Hughes Bennett1 proposed the term leukocythemia and Virchow2 the term Leukämie almost simultaneously in 1845 to designate the disease which is now regarded almost uniformly by English speaking physicians as leukemia. Later two types were differentiated and called splenomyelogenous leukemia and lymphatic leukemia. Reschad and Schilling-Torgau,3 in 1913, described a third common type, monocytic leukemia. A number of other types of leukemia or related disorders are reported on frequently in the medical literature, among these being chloroleukemia, leukosarcoma, plasma cell leukemia, eosinophilic leukemia, basophilic leukemia, megakaryocytic leukemia, leukanemia, pseudoleukemia, aleukemic leukemia and others to be mentioned later.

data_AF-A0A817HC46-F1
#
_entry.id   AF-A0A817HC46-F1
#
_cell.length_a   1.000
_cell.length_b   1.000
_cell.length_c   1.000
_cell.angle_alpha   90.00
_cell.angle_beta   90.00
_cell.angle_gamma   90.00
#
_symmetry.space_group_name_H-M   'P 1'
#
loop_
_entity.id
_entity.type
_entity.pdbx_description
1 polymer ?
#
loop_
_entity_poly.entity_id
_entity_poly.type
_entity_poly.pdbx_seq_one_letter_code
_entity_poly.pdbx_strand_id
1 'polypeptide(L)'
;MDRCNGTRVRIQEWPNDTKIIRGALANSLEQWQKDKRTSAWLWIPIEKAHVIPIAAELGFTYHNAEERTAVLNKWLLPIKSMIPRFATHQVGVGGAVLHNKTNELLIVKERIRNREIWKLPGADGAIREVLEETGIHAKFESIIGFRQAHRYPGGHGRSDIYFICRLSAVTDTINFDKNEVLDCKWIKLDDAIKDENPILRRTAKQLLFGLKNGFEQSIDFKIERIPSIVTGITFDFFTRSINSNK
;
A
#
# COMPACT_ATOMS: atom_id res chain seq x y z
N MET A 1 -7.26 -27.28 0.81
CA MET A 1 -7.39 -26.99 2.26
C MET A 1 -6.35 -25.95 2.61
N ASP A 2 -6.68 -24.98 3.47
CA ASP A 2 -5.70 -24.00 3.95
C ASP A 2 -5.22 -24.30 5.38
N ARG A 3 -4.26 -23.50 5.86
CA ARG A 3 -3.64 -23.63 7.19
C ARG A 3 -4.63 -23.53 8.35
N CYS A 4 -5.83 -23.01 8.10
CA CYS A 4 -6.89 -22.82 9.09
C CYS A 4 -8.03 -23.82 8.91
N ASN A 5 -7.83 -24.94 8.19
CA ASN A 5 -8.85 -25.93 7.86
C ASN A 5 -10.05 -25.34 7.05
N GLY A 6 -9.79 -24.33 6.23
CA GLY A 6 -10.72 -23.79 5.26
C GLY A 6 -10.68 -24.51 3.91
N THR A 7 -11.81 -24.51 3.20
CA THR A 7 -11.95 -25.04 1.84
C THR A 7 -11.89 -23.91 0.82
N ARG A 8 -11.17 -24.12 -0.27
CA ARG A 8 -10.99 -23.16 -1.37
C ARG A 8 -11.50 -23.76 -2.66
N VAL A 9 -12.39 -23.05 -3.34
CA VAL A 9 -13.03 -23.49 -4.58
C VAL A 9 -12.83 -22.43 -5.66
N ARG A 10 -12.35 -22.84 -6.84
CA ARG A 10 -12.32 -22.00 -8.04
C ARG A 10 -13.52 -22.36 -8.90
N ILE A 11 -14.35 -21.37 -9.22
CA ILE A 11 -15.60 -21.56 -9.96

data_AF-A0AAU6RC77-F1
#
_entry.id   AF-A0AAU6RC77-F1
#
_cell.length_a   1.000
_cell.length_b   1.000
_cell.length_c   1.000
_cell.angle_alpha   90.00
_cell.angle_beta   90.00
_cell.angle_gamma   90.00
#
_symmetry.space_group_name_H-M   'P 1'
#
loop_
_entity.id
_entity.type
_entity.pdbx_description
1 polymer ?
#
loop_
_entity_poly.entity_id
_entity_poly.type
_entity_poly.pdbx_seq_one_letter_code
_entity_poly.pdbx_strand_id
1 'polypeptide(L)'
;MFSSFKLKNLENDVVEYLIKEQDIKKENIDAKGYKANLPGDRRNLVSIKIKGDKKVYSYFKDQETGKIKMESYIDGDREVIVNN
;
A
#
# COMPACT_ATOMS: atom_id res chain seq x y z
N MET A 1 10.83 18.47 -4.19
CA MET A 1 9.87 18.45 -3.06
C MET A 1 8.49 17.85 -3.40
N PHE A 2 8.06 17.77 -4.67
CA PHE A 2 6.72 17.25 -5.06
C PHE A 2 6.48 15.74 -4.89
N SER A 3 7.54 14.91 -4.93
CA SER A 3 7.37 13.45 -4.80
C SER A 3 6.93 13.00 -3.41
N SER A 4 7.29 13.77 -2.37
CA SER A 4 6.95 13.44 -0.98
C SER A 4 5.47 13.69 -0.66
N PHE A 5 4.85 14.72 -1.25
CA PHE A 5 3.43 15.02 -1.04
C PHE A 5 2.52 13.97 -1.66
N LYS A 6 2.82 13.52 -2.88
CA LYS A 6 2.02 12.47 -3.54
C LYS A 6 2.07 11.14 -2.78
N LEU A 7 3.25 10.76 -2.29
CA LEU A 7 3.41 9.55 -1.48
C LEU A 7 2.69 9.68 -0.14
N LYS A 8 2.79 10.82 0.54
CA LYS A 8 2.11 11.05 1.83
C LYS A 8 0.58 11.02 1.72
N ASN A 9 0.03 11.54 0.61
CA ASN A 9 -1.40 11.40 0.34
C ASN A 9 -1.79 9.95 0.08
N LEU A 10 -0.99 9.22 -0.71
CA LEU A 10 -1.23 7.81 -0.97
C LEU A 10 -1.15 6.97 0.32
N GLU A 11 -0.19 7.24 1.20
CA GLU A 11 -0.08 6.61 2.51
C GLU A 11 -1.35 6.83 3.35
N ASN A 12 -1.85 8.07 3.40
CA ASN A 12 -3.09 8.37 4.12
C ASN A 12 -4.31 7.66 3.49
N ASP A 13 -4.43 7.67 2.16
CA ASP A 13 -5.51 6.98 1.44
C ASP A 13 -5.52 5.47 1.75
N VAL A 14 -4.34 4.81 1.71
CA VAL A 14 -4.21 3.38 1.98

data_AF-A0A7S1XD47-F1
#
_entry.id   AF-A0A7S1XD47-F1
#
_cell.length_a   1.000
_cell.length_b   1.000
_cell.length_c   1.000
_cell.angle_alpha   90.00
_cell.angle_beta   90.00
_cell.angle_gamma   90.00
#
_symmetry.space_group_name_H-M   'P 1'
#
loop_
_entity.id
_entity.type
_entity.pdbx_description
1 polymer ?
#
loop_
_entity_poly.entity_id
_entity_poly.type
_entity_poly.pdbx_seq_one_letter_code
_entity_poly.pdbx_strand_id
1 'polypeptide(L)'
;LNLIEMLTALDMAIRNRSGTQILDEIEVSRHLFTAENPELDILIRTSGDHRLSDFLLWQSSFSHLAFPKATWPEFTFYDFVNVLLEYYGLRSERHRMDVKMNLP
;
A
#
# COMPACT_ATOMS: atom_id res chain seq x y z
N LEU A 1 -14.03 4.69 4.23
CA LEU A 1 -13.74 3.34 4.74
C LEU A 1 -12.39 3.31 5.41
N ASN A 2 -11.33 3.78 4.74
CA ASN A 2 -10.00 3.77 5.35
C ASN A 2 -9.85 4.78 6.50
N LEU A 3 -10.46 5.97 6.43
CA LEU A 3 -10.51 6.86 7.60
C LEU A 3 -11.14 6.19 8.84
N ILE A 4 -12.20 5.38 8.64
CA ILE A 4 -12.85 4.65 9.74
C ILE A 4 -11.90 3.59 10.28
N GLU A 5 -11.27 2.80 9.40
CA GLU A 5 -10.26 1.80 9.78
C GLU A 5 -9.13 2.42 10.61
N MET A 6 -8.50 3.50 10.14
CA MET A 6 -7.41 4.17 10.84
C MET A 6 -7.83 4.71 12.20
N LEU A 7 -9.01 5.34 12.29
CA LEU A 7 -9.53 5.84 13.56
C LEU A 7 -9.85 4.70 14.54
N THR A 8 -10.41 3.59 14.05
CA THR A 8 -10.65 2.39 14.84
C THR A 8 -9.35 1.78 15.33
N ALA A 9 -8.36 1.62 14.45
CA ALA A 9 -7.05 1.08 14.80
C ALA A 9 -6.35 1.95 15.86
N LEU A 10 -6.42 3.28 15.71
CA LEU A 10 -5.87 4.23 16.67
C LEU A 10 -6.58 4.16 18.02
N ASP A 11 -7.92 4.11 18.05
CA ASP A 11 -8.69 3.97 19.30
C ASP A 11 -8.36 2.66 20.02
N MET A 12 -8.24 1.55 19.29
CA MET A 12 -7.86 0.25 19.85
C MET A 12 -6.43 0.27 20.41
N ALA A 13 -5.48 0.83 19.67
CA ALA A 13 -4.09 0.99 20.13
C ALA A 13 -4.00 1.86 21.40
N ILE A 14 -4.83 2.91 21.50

There has been a tendency in recent years to substitute the terms leukosis, myelosis and lymphadenosis for leukemia, myelogenous leukemia and lymphogenous leukemia, respectively. The reasons presented for the substitution of these newer terms for the older equivalents are that the newer terms are said to indicate more fundamental hematopoietic